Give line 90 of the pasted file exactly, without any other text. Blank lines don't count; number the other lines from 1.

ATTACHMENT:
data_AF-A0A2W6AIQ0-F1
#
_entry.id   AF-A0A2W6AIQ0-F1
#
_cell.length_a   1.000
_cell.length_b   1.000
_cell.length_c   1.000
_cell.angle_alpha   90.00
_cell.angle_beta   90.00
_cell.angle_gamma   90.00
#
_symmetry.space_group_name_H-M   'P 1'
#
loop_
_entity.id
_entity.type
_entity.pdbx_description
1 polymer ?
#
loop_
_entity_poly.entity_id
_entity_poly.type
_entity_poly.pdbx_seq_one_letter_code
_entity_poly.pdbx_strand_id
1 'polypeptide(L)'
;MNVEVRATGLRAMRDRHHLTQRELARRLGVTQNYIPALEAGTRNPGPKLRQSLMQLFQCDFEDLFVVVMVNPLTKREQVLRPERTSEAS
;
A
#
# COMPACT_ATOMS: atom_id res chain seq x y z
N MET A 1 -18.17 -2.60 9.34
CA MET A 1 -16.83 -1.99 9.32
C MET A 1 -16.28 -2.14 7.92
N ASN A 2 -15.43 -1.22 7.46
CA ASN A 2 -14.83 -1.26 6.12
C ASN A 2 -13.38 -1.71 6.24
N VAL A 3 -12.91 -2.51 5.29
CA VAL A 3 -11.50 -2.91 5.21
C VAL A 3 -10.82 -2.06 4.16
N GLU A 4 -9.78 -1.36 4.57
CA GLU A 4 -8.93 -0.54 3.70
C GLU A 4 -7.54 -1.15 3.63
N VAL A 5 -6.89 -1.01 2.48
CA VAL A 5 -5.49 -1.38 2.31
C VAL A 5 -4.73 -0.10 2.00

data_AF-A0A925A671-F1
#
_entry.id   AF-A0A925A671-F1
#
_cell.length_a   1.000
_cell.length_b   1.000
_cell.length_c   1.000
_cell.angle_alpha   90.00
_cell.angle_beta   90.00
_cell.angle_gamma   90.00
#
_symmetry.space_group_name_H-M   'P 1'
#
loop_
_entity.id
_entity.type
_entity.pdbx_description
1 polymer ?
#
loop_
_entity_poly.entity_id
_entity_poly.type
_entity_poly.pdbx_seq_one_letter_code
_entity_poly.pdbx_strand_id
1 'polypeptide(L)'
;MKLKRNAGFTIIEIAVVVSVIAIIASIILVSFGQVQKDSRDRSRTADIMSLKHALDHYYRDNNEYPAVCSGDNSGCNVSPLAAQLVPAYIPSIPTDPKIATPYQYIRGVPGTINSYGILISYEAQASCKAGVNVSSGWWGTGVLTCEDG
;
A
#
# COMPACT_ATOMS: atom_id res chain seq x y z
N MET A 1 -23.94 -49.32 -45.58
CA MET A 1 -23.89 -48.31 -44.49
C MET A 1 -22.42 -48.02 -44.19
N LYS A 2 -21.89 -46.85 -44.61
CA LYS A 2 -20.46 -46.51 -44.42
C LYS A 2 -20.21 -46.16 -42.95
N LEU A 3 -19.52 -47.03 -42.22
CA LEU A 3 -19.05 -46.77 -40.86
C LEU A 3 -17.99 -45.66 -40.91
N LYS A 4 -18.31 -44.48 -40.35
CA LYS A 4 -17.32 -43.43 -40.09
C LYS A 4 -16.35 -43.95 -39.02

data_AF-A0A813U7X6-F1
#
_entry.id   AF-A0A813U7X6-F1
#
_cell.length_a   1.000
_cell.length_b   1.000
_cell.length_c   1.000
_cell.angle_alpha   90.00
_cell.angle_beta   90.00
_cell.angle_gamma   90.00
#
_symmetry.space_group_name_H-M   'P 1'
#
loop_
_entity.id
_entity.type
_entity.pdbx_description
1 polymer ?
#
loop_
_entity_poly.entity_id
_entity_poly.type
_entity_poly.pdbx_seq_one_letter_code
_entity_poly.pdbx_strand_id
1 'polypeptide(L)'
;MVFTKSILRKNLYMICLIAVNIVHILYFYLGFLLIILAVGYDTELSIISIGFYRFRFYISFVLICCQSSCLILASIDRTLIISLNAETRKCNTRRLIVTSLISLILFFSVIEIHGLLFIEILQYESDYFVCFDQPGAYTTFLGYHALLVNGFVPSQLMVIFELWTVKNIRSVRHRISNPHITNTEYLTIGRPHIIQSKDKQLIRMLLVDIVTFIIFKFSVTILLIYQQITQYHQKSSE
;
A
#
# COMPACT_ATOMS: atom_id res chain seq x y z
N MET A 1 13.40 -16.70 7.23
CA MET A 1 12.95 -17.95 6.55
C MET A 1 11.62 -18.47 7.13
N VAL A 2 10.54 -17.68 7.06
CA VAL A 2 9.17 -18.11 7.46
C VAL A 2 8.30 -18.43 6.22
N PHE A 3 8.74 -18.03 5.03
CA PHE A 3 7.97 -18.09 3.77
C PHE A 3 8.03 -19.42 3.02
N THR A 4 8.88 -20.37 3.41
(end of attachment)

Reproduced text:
_entry.id   AF-A0A813U7X6-F1